Wednesday, May 04, 2011
Title : Flute in the Forest
Author : Leela Gour Broome
Publisher : Puffin
Age Group : 12+
Image courtesy : Puffin India
There are some rare books which stir some chords deep inside the heart and after reading such books, I just sigh and wish I could also write something so beautiful, something so pristine and something so soul stirring. Oh well, atleast I am writing about one here.
'Flute in the Forest' is one of the most sensitively written stories of a thirteen-year-old girl - Atiya Sardare, the only child of her estranged parents. Her mother, a famous dancer succumbed to the lure of exciting stage, left the family behind when her hopes of seeing Atiya as a world renowned dancer got shattered following the polio attack that left Atiya physically handicapped. Now Atiya lives with her father - the forest officer in a jungle in Southern region of India.
But her handicap or her loneliness does not hamper her adventurous spirit in any way rather this spirit of hers often encourages her to explore the paths inside the sanctuary many times even without the knowledge of her father. She feels most comfortable in the natural surroundings amidst lush green silent trees and the world of big and small animals. She is well conversant with the ways of jungle and its innumerable creatures.
While on one such secret trips, she gets to hear the most mellifluous music of a flute being played in a distance which enthralls her so much that she resolves to learn to play flute herself. But she knows her father detests any kind of music in the house in the fear of losing another loved one to the temptation of the stage.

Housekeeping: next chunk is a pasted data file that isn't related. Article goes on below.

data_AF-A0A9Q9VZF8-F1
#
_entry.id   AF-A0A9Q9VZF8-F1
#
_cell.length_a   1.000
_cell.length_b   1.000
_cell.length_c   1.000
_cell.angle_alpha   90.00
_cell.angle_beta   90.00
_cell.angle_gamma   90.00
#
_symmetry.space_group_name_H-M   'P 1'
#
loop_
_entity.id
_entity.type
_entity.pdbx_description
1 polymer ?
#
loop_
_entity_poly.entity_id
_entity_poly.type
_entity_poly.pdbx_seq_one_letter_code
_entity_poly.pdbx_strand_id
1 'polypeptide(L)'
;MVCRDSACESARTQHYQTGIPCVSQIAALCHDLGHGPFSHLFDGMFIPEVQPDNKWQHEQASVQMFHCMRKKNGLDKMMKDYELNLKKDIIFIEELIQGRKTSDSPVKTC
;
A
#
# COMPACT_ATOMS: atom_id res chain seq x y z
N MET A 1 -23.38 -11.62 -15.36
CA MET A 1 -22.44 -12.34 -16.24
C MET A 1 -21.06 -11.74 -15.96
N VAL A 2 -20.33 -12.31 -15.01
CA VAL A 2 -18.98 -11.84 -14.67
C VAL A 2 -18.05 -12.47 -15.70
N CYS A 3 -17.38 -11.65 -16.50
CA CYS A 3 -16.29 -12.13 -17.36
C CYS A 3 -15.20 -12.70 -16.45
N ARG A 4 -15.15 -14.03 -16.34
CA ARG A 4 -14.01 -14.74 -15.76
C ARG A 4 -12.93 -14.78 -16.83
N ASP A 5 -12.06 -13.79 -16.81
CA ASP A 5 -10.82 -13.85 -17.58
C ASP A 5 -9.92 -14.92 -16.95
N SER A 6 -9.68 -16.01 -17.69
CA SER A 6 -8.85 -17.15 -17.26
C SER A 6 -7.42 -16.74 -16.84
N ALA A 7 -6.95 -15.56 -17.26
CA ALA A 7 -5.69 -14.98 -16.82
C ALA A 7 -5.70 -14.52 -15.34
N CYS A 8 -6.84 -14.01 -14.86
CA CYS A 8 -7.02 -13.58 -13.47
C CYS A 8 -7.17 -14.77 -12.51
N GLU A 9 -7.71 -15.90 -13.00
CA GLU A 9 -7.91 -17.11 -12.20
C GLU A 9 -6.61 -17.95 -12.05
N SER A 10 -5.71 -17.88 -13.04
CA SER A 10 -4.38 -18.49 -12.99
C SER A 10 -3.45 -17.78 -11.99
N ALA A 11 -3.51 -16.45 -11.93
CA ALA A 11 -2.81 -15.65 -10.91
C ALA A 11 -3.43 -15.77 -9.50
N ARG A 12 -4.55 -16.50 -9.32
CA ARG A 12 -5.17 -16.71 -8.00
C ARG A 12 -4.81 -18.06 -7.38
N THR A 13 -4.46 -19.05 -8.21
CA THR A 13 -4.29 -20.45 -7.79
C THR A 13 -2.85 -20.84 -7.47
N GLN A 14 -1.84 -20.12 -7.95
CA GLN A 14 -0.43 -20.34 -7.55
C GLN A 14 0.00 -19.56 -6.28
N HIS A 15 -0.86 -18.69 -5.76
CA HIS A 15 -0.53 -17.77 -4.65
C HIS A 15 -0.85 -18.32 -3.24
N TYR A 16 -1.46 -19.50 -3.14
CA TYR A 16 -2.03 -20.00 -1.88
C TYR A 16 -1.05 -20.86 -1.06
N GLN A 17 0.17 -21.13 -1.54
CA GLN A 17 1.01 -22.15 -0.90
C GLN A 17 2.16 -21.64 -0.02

Atiya soon finds out that the player of that sweet melodious flute was none other than a very bad tempered mean old man whom she likes to call as 'Ogre Uncle'. As the fate would have it, she starts learning to play flute from the same Ogre Uncle and surprisingly these teaching sessions lend a blissfully calming influence on the dreaded rogue elephant - Rangappa and Ogre Uncle himself - the physicallt dissimilar yet very similar duo. Atiya finds a loving and patient friend in Ogre Uncle's daughter - Mishora. Atiya's flute-playing adroitness brings an unprecedented inner peace to herself and manages to transform the opinion of her father too. It feels as if the magic of the musical notes originating from Atiya's flute weaves a blanket of calm, peace and love everywhere and everyone seems to find the answers to many personal unanswered queries.
Despite having dealt with a few sensitive subjects in the narrative such as - a physically handicapped girl as the protagonist, the mention of her mother leaving the family to follow her passion to dance, a terminally ill Ogre Uncle and finally a death - the book is very positive. The story is the true celebration of 'The Happy Spirit'. I was reading the last chapter on my way back from a very satisfying trip to Rishikesh and I still can feel the same goose bumpy feeling that I experienced then while reading it. This is what a perfectly well-written moving stories do to the readers.
I am sure this charming story will touch the same inner chords of young readers as it did mine.